It’s drizzly cold—winter’s coming on. Greg Pearson cajoles the stragglers through the gate onto the track to the milking shed. The keenest, Belle, Ma and Daisy, are already at the shed. These at the back he  calls ‘you mongrel’. Apart from Cora, the most cantankerous of the lot. He likes Cora.

In its way the repetition of the milking cycle is what’s kept him from falling apart since June left. ‘I need some time by myself,’ she’d said. And she’d told him a few home truths. ‘You’re not a bad man, Greg. Don’t get me wrong. But a marriage—it’s two people.’ Even after the tortured night that followed it was up at five and off to milk.

The farm’s looking better than ever now. He spends his days working hard to forget. In the evening there’s milking again then the accursed paperwork. He never appreciated—that word again—how often she said it. So many things he could have done better.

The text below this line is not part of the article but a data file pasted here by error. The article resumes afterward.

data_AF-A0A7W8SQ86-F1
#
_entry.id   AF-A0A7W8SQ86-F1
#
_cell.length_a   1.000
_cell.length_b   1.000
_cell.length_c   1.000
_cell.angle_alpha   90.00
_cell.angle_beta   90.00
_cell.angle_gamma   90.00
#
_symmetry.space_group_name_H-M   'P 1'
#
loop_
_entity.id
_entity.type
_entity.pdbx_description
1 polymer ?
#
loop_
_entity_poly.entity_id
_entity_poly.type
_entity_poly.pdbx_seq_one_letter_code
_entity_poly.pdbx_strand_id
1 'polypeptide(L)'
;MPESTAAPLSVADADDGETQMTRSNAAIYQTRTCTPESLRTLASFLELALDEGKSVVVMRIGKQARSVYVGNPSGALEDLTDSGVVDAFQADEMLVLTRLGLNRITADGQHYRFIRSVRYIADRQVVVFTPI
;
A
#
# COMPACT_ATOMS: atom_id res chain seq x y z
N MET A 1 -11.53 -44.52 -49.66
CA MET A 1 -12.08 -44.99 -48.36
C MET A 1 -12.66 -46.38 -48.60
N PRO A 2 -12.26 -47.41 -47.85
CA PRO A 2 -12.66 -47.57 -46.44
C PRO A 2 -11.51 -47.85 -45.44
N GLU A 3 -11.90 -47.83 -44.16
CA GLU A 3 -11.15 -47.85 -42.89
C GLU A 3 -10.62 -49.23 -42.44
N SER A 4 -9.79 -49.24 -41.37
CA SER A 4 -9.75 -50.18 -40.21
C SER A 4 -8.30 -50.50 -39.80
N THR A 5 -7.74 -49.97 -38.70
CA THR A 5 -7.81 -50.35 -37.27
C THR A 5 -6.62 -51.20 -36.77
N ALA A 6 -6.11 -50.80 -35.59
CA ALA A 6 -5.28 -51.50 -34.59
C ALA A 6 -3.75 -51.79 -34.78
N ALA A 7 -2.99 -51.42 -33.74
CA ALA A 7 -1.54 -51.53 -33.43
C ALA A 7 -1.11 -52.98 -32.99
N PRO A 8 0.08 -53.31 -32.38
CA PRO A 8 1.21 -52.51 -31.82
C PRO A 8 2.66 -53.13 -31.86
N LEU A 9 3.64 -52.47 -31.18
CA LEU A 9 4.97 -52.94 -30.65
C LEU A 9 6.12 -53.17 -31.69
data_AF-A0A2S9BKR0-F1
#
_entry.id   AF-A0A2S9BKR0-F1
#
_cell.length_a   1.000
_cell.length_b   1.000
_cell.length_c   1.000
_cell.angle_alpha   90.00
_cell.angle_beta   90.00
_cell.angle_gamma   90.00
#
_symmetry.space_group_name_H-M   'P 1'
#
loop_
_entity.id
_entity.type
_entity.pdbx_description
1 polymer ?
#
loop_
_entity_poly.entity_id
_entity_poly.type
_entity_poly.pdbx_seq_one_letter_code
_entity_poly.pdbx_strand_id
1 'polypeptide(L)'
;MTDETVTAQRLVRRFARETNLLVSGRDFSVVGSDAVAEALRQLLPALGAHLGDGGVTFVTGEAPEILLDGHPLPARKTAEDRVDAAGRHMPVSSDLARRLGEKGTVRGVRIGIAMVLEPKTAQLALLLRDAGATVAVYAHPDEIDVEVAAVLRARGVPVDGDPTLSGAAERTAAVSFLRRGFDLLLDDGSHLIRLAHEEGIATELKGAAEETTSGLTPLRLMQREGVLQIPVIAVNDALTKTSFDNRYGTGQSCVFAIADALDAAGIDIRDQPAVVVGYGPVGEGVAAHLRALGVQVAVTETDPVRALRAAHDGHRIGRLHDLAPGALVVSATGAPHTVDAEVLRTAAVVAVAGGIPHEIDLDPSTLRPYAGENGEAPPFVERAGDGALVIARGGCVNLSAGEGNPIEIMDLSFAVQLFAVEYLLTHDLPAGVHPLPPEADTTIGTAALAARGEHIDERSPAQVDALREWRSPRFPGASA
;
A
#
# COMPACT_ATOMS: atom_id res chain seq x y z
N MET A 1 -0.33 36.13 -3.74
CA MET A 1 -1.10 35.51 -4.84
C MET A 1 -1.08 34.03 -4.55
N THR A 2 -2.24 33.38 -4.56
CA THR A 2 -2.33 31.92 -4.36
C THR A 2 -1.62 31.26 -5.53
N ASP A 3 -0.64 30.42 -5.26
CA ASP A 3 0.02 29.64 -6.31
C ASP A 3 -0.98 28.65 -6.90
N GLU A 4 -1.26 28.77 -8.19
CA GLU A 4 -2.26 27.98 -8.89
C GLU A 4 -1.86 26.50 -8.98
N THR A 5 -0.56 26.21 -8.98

As he comes over the rise from the bottom paddock there’s a light on at the house. Smoke rises from the chimney. Though he feels sick to his stomach he quickens his pace. Because she is back, even for tonight, and that’s something he had begun to think would never happen.

 

2011—Richard Holt / small stories about love (smallstoriesaboutlove.wordpress.com)

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